The National Register of Historic Places recognizes the historical contribution of Asian and Pacific peoples in the United States. Throughout the 19th century, Asian people immigrated to the United States, helping build the industrial infrastructure that fueled America's Industrial Revolution. May 10th, 1999 marks the 130th Anniversary of the original Golden Spike ceremony. A unit of the National Park Service, Golden Spike National Historic Site is the place where the nation's first Transcontinental Railroad was completed in 1869. From the early 1800s to the late 20th century, Asian and Pacific peoples have played a vital role in the development of the United States, struggling for full citizenship, fighting prejudice, and making lasting contributions in all elements of American society. The month of May is National Asian-Pacific Heritage Month, and as part of the recognition, this site showcases historic properties listed in the National Register and National Park units highlighting the rich heritage of Asian and Pacific peoples in America. Join the National Register in commemorating just a few of the places where Asian and Pacific people have made history.
Puuhonua o Honaunau National Historical Park
Asian American Heritage
National Historic Site Manzanar National Historic Site
Pacific Islander Heritage
National Park Kalaupapa
National Historical Park Kaloko-Honokohau National Historical Park
o Honaunau National Historical Park Puukohola Heiau National Historic Site
in the Pacific National Historical Park
Japanese laborers in the fields of the Delta, 1905-1920.|
Courtesy of the Ira Brown Cross Collection, Bancroft Library, University of California Berkeley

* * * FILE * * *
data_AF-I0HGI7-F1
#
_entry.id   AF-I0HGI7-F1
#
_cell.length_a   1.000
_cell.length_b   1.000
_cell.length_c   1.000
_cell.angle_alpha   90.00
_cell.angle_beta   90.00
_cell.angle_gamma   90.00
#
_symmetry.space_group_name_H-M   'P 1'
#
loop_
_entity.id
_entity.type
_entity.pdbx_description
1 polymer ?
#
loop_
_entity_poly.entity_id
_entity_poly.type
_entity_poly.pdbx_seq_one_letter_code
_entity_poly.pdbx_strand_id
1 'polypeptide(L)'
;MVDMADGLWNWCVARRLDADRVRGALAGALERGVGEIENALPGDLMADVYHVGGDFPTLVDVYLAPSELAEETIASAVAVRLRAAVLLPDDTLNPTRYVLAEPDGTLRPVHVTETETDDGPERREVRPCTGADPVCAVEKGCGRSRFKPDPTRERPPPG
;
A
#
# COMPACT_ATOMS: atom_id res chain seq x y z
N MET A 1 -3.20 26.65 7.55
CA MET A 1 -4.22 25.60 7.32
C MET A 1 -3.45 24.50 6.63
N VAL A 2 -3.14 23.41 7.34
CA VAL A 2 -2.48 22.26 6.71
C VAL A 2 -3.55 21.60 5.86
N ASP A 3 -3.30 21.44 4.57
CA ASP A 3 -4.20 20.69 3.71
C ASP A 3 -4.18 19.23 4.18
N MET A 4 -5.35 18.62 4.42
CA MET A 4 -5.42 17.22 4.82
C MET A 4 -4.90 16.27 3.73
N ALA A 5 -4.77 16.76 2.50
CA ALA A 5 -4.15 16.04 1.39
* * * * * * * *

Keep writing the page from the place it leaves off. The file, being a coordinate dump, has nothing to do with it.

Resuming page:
A National Historic Landmark that served as the West Coast's "Ellis Island" to hundreds of thousands of Chinese and Japanese immigrants.
Locke and Walnut Grove Chinese and Japanese Historic Districts
Three neighboring Asian-American communities established in the Delta Region of California by immigrant agricultural workers.
Seattle's International District (Chinatown)
A Seattle historic district that combines Asian and Western architectural traditions into a uniquely American neighborhood.
"CRM" is the flagship publication of the NPS Cultural Resources Stewardship and Partnership Programs and contains articles on the full range of cultural resources management and preservation topics. The following issues deal directly with questions regarding Asian and Pacific Islands cultural resources.
Approaches to Heritage: Hawaiian and Pacific Perspectives on Preservation
A CRM issue that explores aspects of Hawaiin and Pacific Perspectives. (PDF format)
Search the Issue Archives then, search Issue Title for "Approaches to Heritage: Hawaiian and Pacific Perspectives on Preservation".
Preservation in the Pacific Basin
A CRM issue that explores aspects of Preservation in the Pacific Basin. (PDF format)
Search the Issue Archives then, search Issue Title for "Preservation in the Pacific Basin".
Another View from Hawai'i
A CRM issue that explores aspects of Another View from Hawai'i. (PDF format)
Search the Issue Archives then, search Issue Title for "Another View from Hawai'i".
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